Sunday, March 27, 2011
Movies lost and found Pt. 2: RAINY DAY FRIENDS (1986)
More than ten years after THE PYRAMID was released (then unreleased), Gary Kent made his second feature film RAINY DAY FRIENDS (also known as L.A. BAD). It stars the very underrated actor Esai Morales (La Bamba, NYPD Blue) as a young petty thief named Neekos who lives in the Barrio of east L.A. and spends his time smoking grass and stealing car stereos. One day he's almost caught by some cops when he hides underneath a pickup truck, gets his leg caught on some loose wire hanging out of the back and to his horror, the driver takes off with him in tow, dragging him along the highway. He lands himself in the hospital and X-rays show that he has more than a leg injury to worry about: he also has lung cancer. In denial, defiant and angry, he makes for a difficult and unruly patient. He steals painkillers, smokes his own dope freely and graffitis his hospital room wall.
A sympathetic cancer specialist with a sense of humour (Janice Rule) is the only one willing to put up with him. The surly head nurse (Carrie Snodgrass) is eager to kick him out, especially when it becomes a possibility that he's an illegal alien.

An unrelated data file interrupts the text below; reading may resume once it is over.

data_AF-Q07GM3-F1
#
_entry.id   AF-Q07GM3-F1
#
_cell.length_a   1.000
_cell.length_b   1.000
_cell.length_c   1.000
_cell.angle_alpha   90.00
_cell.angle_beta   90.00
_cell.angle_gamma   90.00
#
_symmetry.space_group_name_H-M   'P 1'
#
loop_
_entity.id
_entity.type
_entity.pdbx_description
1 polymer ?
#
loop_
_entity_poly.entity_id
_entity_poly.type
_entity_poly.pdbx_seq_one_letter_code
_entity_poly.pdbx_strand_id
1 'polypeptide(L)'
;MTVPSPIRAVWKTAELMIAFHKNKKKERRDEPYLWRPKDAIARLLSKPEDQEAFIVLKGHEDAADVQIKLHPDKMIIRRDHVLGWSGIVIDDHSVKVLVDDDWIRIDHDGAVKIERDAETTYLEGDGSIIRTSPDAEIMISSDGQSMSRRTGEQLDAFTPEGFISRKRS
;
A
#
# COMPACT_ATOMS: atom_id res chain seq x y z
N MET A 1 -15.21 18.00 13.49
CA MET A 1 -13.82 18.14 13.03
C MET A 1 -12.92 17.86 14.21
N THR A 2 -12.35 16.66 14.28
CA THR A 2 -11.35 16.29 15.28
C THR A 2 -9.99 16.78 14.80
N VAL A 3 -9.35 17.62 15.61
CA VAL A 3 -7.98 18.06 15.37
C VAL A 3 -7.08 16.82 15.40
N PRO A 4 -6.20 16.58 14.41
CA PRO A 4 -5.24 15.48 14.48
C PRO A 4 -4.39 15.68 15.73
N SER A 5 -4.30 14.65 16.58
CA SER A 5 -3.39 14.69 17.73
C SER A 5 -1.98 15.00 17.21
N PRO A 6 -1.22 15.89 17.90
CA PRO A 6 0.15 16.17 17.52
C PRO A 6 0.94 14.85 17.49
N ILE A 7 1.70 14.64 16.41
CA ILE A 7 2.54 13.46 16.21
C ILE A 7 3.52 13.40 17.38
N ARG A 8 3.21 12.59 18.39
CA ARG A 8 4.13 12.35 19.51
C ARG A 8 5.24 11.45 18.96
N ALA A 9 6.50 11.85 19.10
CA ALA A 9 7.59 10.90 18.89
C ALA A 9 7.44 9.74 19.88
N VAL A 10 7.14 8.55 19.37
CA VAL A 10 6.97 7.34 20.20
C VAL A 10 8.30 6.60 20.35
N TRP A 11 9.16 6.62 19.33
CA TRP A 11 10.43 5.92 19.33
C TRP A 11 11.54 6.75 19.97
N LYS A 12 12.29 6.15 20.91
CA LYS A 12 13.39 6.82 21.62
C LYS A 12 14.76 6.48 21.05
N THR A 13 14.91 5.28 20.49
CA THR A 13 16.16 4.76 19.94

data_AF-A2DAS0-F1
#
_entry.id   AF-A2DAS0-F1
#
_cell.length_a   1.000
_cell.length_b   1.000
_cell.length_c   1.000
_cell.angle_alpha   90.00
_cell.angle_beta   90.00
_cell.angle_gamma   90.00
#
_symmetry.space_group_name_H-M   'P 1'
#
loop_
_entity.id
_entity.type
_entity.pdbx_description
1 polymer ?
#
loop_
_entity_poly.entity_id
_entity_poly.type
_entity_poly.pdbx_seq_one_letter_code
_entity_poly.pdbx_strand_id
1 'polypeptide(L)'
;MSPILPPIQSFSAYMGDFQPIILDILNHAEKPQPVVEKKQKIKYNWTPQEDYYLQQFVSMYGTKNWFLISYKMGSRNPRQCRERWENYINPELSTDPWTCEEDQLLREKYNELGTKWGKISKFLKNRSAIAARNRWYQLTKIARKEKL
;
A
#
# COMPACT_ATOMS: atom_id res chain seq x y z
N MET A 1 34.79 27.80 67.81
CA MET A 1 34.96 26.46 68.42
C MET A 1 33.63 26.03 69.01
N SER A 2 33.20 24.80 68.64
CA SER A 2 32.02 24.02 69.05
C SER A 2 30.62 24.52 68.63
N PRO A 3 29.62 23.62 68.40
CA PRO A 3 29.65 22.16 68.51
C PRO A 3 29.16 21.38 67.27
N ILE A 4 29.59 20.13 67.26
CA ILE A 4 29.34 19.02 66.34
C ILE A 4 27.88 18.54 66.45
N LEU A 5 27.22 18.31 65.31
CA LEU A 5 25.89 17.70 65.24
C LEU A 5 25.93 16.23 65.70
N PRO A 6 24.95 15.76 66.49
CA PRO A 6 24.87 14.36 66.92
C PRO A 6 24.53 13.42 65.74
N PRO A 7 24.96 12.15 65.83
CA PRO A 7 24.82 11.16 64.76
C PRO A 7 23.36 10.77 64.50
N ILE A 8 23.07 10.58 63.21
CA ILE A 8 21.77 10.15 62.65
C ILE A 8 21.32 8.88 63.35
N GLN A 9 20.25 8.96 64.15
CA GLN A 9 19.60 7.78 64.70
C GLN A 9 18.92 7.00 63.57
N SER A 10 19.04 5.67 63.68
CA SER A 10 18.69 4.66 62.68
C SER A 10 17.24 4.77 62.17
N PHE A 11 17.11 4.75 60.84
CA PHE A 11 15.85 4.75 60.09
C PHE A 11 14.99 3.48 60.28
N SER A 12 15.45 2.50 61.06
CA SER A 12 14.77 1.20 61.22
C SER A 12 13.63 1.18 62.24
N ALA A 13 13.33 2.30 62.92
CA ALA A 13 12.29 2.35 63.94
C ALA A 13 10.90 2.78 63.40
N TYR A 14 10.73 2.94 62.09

An older counterpart to the wily sick youth is Jack (Chuck Bail) a wealthy lawyer also battling cancer. Neekos and Jack become an unlikely set of allies who battle the cold and inhumane bureaucracy in the hospital. They even manage to ditch the grounds to get into trouble on the streets.
RAINY DAY FRIENDS is a sweet and warm film, almost a little too sentimental but extremely likeable and entertaining. Morales carries the film with a commanding performance. His character is somewhat reminiscent of Jack Nicholson's McMurphy in ONE FLEW OVER THE CUCKOO'S NEST, both characters are rebels who have a sarcastic and wild wit that mask deep pain and fear.
Bail is exceptional as the cantankerous old man who takes a liking to Neekos. A solid supporting cast includes Leila Goldoni as Jack's caring wife, Tomi Barrett as a committed social worker and John Phillip Law as a hospital bureaucrat.
The film is a little contrived at times and the ending is too rushed, pat and predictable (although the last line of dialogue is a keeper) but I did invest some care into these characters and their situations. Some nice editing and cinematography that captures the gritty reality of the Barrio add to a pleasant mixture.